Very much a question of following in the tyre tracks of the previous car until we caught it up on a narrow track where previously we had found both Night Heron and a colony of weavers.  And that's were, fortunately, we stopped about ten metres short when we realised something was wrong.  The car had been abandoned, material under the front wheels where the German owner (judging by the number plate) had tried to recover the car as it sank ever further into the soft mud of the track.  far too narrow to pass and, if we tried, we, too, would surely have dug ourselves into the soft track.  The car appeared empty and no signs of footprints so, presumably, the driver had set off in the same direction to seek help.  Fortunately, assuming all was well, he/she was within 100 metres of the turn back towards the main road and would have covered the journey in under an hour whereas I had to back up about 300 metres making sure that I both kept the wheels turning whilst remaining in the existing tyre tracks before being able to turn the car.  But at least I was able to stop the following birder from entering this same stretch of track.  So all the way back to the beginning and an extra 10kms at least.  Once we had "spun off" the accumulated mud we were able to finally start on the way back to Mezquitilla (recording our final bird of the day, a Red Kite, as we left Los Palios) where we safely arrived just before 9pm - the final stretch from Antequera in pouring rain but, at least, it managed to wash off most of the mud!  What a day and experience but we did manage to top the hundred mark for the visit.

Whimbrel Zarapito Trinador Numenius phaeopus
(*) Apartamentos Costaluz, Punta Umbria plus also Ayamonte, Isla Canela and El Portil.  Special rates for ABS members.






 
Birds seen:
Shelduck, Gadwall, mallard, Shoveler, Teal. Pochard, Red-legged Partridge, Little Grebe, Great Crested Grebe, Gannet, Cormorant, Squacco Heron, Cattle Egret, Little Egret, Glossy Ibis, Great White Egret, Grey Heron, Purple Heron, Black Stork, White Stork, Spoonbill, Flamingo, Osprey, Black-winged Kite, Red Kite, Marsh Harrier, Hen Harrier, Booted Eagle, Buzzard, Kestrel, Moorhen, Purple Swamphen, Coot, Red-knobbed Coot, Oystercatcher, Black-winged Stilt, Avocet, Ringed Plover, Kentish Plover, Grey Plover, Lapwing, Sanderling, Little Stint, Curlew Sandpiper, Dunlin, Ruff, Snipe, Black-tailed Godwit, Whimbrel, Curlew, Redshank, Grenshank, Green sandpiper, Common Sandpiper, Turnstone, Mediterranean Gull, Black-headed Gull, Slender-billed Gull, Audouin's Gull, Lesser Black-backed Gull, Yellow-legged Gull, Caspian Tern, Sandwich Tern, Little Tern, Rock Dove, Woodpigeon, Collared Dove, Little Owl, Kingfisher, Crested lark, White wagtail, Bluethroat, Whinchat, Stonechat, Northern Wheatear, Blackbird, Cetti's Warbler, Zitting Cisticola, Sardinian Warbler, Blackcap, Bonelli's Warbler, Wood Warbler, Chiffchaff, Pied Flycatcher, Iberian Grey Shrike, Azure-winged magpie, magpie, Raven, Spotless Starling, House Sparrow, Spanish Sparrow, Waxbill, Serin, Greenfinch, Goldfinch, Corn Bunting, Yellow-crowned Bishop.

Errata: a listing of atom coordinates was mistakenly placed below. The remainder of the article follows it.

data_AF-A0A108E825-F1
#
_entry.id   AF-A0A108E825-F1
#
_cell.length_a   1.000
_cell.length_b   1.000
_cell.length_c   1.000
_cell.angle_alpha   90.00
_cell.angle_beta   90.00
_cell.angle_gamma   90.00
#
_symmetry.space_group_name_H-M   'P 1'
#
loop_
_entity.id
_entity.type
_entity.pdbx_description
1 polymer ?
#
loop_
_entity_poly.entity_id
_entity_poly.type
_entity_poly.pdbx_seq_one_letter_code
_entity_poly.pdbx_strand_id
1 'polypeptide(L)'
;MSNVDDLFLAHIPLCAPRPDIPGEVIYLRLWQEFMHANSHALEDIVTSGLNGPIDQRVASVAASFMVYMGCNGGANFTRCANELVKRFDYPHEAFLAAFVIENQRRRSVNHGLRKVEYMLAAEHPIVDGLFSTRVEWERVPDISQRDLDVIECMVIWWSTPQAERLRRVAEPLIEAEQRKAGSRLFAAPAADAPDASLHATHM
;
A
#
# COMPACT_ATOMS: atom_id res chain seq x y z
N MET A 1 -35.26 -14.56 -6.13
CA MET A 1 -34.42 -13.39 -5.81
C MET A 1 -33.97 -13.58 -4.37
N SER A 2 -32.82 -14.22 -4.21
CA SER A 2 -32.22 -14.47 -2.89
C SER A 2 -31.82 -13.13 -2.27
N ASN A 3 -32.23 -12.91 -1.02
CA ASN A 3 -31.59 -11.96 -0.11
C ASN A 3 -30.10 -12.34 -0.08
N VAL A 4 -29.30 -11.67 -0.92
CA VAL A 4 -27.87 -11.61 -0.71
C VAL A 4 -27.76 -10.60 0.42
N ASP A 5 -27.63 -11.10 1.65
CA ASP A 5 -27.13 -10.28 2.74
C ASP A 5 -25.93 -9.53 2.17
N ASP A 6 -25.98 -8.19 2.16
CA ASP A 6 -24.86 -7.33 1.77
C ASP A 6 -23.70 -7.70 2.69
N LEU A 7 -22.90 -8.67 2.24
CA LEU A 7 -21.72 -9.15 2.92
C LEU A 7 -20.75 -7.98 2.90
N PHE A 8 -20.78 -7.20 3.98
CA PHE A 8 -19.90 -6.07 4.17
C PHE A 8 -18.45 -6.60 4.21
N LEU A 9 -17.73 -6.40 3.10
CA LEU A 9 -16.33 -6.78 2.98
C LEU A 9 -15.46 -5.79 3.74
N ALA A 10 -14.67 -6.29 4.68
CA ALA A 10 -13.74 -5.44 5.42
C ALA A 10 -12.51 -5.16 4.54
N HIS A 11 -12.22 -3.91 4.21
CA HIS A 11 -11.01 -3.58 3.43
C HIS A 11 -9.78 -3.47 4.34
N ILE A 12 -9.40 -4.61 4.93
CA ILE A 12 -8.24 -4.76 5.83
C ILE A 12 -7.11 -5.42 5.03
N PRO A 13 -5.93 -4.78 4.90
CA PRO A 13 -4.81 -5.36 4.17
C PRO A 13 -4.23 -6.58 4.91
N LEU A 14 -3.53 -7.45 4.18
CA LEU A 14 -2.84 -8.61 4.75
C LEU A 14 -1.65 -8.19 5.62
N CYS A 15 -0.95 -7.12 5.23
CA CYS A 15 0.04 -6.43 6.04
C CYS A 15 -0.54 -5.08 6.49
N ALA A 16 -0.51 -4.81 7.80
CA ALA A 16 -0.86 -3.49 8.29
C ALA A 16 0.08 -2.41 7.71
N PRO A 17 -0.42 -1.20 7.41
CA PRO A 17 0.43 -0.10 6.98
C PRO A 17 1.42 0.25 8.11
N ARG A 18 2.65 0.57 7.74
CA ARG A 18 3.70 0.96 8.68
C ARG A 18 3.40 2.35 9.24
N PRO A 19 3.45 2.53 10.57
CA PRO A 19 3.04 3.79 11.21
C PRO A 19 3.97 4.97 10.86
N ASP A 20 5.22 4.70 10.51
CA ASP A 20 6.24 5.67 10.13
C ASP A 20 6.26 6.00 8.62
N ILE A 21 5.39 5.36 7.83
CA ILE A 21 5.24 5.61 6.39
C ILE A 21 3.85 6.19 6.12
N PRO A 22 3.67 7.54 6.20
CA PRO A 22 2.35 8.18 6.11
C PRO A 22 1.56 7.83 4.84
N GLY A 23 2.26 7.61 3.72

Check out the accompanying website at http://www.birdingaxarquia.weebly.com for the latest sightings, photographs and additional information

Saturday, 14 October 2017

Charca de Suarez, Motril

Saturday 14 October

A lovely three hours at the Charca de Suarez this morning with my Belgian friend, Marieke Berkvens; a sort of rehearsal before we set of for the four-day visit to the Donana National Park and Odiel Marshes plus a trip over the border into Portugal.  Indeed, made even better by meeting some dear friends with David and Ann Jefferson entering the first hide within minutes of our arrival and then bumping into Gerry Collins about an hour later.  As we took our leave at the end of the morning we realised that we were also meeting George Hargreaves once again and I have not seen George since the very first meeting of the Axarquia Bird Group, exactly ten years ago this past week.

Purple Swamphen 
As we turned into "Turtle Dove Alley" we had already recorded a field of Cattle Egrets and upon arriving at the Laguna del Taraje the first birds on show were a pair of Purple Swamphen.  Also present a few Mallards and a Little Grebe followed by both Coot and Moorhen.  We watched a juvenile Spoonbill fly in and then proceed to feed on the weeded edges in front of the hide and the a Kingfisher flashed past.  A Cetti's Warbler was calling to our left followed by a pair of Teal paddling slowing across the water.  Not just a Robin dropping in but also a lone Snipe feeding, slightly hidden, almost in front of the hide.


Adult Little Grebe
With just a few Mallards to be seen on the now full Laguna del Alamo Blanco we made our way to the main hide overlooking the Laguna de las Aneas having first found a pair of Serin drinking near the previous hide overlooking the Laguna de la Cana de Azucar.  From the main hide we could see a number of resting mallard and Coot and with plenty of the latter on the water itself.  Also present were a pair of Cormorant and a single juvenile Flamingo.  A number of Little Grebe plus another Purple Swamphen before the Grey Heron dropped in in front of us.  We also had a good number of Moorhen and, looking carefully, more than a handful of Shoveler as well as a pair of Pochard.  As usual it seems, the first Red-knobbed Coot of the morning was the collar-ringed individual that is usually found right at the rear of this water, a flashing then feeding Kingfisher and, finally, a visit from a White Wagtail.